First let me say many will not have gooseberry jam, you can use anything you want or omit jam and use just fruit mixed with a little sugar.  I happened to have gooseberry jam in the fridge but any jam would be good, cherry I think would be delicious.

2-3 nectarines, cleaned and sliced

1/3 cup gooseberry or your favorite jam (if using just fruit add 2-3 tbs sugar)

Heat oven to 400 degrees. Place a sheet of foil or parchment on baking sheet. Mix the fruit and jam or sugar and put into the skillet,  press the cobbler crust on top, sprinkle with a little sugar and bake until browned and bubbly approximately 30 minutes. Serve with a scoop of vanilla ice cream, whipped cream, heavy cream poured on or a spoonful of lightly sweetened creme fraiche.





Homemade Pasta

I grew up eating homemade pasta, my Mom made it all the time, she did it all by hand the rolling, cutting etc… no recipe she dumped flour on a work surface added eggs in a well she made in the middle of the flour and that was it. I remember seeing her knead the dough, roll it out and it was a lot of work but homemade pasta has always been one my favorite things to eat and a cherished childhood memory.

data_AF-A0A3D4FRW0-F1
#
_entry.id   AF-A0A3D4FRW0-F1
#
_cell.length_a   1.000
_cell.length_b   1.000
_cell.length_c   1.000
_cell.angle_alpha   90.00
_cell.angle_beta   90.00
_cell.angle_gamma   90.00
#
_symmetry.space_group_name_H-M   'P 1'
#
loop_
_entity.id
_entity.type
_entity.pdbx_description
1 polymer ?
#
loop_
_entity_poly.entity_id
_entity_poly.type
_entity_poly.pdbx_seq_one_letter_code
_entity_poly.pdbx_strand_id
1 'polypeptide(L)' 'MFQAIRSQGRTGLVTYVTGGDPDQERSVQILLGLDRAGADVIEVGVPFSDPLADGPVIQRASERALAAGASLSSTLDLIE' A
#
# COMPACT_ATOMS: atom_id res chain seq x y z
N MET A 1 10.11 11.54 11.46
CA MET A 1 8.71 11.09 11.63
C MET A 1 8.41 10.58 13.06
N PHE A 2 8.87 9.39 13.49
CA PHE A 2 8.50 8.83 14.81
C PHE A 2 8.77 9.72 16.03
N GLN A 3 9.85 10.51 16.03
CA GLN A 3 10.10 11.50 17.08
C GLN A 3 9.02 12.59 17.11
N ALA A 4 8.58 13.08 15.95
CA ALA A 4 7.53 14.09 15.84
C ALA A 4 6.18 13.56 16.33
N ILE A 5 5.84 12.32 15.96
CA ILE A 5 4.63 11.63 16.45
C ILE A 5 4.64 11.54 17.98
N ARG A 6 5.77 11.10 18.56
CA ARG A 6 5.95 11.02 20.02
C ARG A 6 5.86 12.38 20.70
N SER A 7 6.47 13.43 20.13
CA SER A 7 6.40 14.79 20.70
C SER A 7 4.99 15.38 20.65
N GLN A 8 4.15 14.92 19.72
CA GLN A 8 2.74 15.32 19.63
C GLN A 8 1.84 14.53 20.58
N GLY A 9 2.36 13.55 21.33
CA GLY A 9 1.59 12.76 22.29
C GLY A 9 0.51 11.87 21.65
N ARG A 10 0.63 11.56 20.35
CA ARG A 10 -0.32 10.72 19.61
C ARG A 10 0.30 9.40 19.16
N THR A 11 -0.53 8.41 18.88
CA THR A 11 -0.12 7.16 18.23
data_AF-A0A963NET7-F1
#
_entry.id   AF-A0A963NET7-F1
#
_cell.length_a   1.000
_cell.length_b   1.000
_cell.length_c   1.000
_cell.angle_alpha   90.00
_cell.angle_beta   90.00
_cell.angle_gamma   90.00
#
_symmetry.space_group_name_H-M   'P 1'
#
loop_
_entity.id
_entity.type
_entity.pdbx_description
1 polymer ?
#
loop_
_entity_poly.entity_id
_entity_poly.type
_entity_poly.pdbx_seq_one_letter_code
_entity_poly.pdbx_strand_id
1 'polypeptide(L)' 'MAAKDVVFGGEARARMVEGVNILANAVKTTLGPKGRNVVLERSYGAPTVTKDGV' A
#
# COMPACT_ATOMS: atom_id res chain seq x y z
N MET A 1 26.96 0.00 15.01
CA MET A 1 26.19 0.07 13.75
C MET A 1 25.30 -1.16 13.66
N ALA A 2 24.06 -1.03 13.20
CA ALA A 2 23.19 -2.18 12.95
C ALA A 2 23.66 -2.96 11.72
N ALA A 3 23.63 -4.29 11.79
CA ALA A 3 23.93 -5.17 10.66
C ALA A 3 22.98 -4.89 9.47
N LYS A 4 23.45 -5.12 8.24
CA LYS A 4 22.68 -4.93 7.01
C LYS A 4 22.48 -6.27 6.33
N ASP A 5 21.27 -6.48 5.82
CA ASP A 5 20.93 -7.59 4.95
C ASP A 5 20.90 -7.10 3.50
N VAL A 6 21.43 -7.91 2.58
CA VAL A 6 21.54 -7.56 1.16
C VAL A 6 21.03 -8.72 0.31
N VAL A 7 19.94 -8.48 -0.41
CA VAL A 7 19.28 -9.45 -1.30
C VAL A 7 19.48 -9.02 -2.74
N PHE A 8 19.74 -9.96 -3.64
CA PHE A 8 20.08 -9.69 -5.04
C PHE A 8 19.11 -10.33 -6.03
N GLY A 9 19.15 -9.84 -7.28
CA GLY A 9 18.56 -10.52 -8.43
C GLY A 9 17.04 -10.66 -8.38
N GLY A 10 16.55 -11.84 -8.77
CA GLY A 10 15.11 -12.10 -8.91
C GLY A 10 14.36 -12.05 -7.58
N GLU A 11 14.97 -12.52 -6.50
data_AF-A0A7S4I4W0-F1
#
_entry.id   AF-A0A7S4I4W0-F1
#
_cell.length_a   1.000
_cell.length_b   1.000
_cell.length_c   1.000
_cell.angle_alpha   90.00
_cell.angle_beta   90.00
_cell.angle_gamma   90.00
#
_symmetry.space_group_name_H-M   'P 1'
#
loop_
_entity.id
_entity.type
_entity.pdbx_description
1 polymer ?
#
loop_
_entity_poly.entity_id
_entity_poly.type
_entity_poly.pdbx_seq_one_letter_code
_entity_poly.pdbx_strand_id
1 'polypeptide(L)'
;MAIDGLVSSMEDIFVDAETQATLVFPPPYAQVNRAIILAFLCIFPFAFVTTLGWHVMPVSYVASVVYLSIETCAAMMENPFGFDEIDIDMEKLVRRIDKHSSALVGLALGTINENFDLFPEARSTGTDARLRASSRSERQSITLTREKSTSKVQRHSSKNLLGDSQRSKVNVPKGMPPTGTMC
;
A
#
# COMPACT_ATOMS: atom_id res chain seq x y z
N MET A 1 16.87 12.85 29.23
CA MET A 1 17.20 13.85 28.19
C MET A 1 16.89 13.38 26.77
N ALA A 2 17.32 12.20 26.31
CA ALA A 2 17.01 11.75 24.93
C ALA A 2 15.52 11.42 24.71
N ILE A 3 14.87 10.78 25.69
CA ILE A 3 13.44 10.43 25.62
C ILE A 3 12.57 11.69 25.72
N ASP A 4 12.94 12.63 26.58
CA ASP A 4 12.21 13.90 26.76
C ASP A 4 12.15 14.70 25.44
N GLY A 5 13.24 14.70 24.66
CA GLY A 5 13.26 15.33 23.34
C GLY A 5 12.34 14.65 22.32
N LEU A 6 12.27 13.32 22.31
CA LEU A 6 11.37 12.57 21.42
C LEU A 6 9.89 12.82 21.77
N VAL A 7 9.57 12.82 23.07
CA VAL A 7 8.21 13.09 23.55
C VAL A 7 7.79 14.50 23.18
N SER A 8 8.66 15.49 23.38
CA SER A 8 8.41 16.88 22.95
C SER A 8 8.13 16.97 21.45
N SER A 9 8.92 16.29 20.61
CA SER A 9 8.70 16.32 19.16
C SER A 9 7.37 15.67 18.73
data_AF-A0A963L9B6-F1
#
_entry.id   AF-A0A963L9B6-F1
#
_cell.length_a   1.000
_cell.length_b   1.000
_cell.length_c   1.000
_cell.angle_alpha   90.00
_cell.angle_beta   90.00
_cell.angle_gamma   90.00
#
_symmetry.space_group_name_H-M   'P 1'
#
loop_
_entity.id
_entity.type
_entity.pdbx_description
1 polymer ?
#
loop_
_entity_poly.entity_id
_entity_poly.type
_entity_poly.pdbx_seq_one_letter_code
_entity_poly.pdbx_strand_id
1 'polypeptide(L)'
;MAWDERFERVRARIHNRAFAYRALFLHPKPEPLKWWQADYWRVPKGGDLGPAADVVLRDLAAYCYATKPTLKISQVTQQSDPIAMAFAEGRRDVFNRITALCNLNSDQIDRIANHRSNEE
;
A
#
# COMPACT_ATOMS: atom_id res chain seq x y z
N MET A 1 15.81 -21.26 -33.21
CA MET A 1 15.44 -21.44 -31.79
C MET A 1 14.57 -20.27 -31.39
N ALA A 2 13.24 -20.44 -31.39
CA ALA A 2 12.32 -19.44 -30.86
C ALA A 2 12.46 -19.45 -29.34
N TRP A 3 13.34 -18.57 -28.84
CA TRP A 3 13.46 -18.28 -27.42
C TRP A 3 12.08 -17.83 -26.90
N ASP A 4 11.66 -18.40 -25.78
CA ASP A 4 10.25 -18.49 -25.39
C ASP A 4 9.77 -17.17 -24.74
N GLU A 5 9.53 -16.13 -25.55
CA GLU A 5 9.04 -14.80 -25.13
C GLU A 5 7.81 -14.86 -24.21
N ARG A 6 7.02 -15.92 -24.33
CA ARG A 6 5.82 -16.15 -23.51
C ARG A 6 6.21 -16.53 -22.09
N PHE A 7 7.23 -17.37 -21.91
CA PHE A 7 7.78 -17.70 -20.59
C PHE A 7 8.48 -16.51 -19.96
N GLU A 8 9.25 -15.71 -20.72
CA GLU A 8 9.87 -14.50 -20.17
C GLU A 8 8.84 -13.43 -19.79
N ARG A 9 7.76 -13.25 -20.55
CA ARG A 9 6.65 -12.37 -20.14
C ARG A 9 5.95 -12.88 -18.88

I take advantage of modern appliances and use my food processor to make the dough and have a pasta machine which really makes quick work of it all. One of my favorite ways to enjoy this pasta is simply with fresh tomatoes, basil, olive oil and garlic. For this dish I wanted to use some leftover very soft tomatoes and a friend gave me some tiny grape tomatoes and some basil from her garden. I planted 8 tomato plants this year and 2 basil plants, I was so optimistic about the tomatoes and had some beautiful  fruit on the plants, unfortunately I only got 1 tomato the squirrels got the rest and my basil died, both plants. I am lucky that the farmers market has beautiful heirloom tomatoes so like every year I will rely on my trips to the market for my tomato fix.

the almost ripe tomato that the squirrels decimated

Homemade Pasta

Serves 4-6 depending on serving size

2 1/2 cups flour

4 eggs

2-4 tbs water (start with 2 add more if needed)

2 tbs olive oil

I used my food processor it’s so easy, put all the ingredients in the bowl of your processor and pulse until it becomes a cohesive dough. Take the dough out and knead until it’s smooth and elastic, cover with a kitchen towel and let rest for at least an hour.

Homemade pasta

After resting, cut the dough into 4 pieces. Keep dough you are not working on covered with a tea towel. Use your pasta machine according to manufacturers directions. I start on 1 and work my way up, folding and re rolling as I go. I decided on fettuccine for this dish. After cutting the pasta place on baking sheet and toss with flour so it doesn’t stick together. Cover with towel while making each portion. Note: Pasta freezes beautifully so you can freeze whatever you don’t want to cook.